If you thought that your kids lost some of their smarts over summer vacation, you wouldn't be alone. That's what most parents think -- but it turns out that we might be wrong. A new U.S. Department of Education study found that kids who travel over vacation -- no matter where they go -- did better in reading, math and general knowledge than their peers who didn't vacation.
As some of the nation's schools shift to year-round programs, researchers are watching closely. Although at first glance it might seem that a year-round program prevents kids from losing ground -- and skills -- they later need to make up, that's not always the case.
In fact, family travel is a valuable part of a child's education that "contributes to cognitive growth and stimulates a child's sense of wonderment," says Dr. William Norman, associate professor in parks, recreation and tourism management at Clemson University in South Carolina. "Providing kids with the experience of travel broadens their horizons and opens up their minds to learning."
Understanding the study
Dr. Norman and other researchers used data collected by the U.S. Department of Education as part of the Early Childhood Longitudinal Study of the Kindergarten Class database. The database contains information on 21,600 children followed from kindergarten through fifth grades, and looked at children's early school experiences as well as family and life experiences, such as summer activities.
The parents of about one-quarter of those children were asked about summer travel, and academic achievement was measured with a series of standardized tests in math, reading and general knowledge.
Researchers then analyzed the data to determine the relationship between summer vacation travel and academic achievement in children entering first grade. Specifically, the study explored whether going on a vacation, the number of days spent on a vacation and places visited were linked to academic achievement in the areas of reading, mathematics and general knowledge.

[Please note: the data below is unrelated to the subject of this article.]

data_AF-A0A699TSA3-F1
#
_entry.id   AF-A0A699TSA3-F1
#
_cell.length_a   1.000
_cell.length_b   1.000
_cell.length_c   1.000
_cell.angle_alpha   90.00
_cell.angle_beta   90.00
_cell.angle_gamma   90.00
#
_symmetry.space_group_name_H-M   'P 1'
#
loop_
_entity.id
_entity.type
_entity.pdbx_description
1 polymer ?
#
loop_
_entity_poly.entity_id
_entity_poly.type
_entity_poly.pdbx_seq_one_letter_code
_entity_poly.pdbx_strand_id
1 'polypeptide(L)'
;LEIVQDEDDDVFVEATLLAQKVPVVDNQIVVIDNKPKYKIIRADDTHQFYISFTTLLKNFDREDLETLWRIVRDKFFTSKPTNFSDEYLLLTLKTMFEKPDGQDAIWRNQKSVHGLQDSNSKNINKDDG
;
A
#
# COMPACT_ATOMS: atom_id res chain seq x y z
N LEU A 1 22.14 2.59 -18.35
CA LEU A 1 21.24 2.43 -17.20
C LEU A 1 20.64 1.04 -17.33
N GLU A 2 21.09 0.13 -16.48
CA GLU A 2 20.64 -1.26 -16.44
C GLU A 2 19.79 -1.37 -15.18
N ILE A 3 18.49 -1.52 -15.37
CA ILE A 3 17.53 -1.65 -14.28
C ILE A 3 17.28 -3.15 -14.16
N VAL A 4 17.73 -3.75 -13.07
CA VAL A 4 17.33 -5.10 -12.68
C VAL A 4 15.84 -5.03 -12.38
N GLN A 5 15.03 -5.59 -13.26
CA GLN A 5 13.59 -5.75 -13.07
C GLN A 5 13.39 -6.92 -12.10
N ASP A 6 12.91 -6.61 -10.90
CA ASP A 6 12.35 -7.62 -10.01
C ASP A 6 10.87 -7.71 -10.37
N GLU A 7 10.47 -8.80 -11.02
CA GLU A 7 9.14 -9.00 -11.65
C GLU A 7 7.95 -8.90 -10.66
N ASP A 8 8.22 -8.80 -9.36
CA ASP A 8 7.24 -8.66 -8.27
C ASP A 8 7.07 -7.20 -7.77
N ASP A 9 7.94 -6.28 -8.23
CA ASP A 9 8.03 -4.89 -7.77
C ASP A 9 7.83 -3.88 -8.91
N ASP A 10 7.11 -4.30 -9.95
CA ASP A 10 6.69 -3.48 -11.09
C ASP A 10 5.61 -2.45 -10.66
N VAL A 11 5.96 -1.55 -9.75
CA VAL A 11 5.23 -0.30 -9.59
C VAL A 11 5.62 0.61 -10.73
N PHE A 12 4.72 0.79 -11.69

The benefits of a break
The results surprised many! Researchers could clearly identify a significant link between academic achievement and taking a family vacation:
- Children who traveled with their families scored higher on academic achievement assessment tests than those who did not travel.
- The number of days spent on family trips positively affected academic achievement.
- Children who spent time at museums, historical sites, state parks, and even the zoo and the beach had significantly higher academic achievement scores than those who did not.
In other words, you don't have to take your family to historic Gettysburg or tour the Louvre. Simply exposing your child to a new environment lets him explore learning informally -- and makes him smarter.
Plan an educational vacation
Some tips to make your vacation experience more educational:
- Research your destination ahead of time. Hit the library and the internet and learn about what you'll see and do.
- Encourage your kids to keep a trip journal while you're away. Set up a blog and let your kids post about the days' events. Add photos, and link to exciting attractions. Not only will your kids learn a lot, your family and friends will enjoy reading about your adventures.
- Take lots of pictures and create an album when you return. Let the kids show it off and talk to others about everything they did while you were away.
Tell us: What are your tips for making a vacation into a learning experience? Let us know in the comments!
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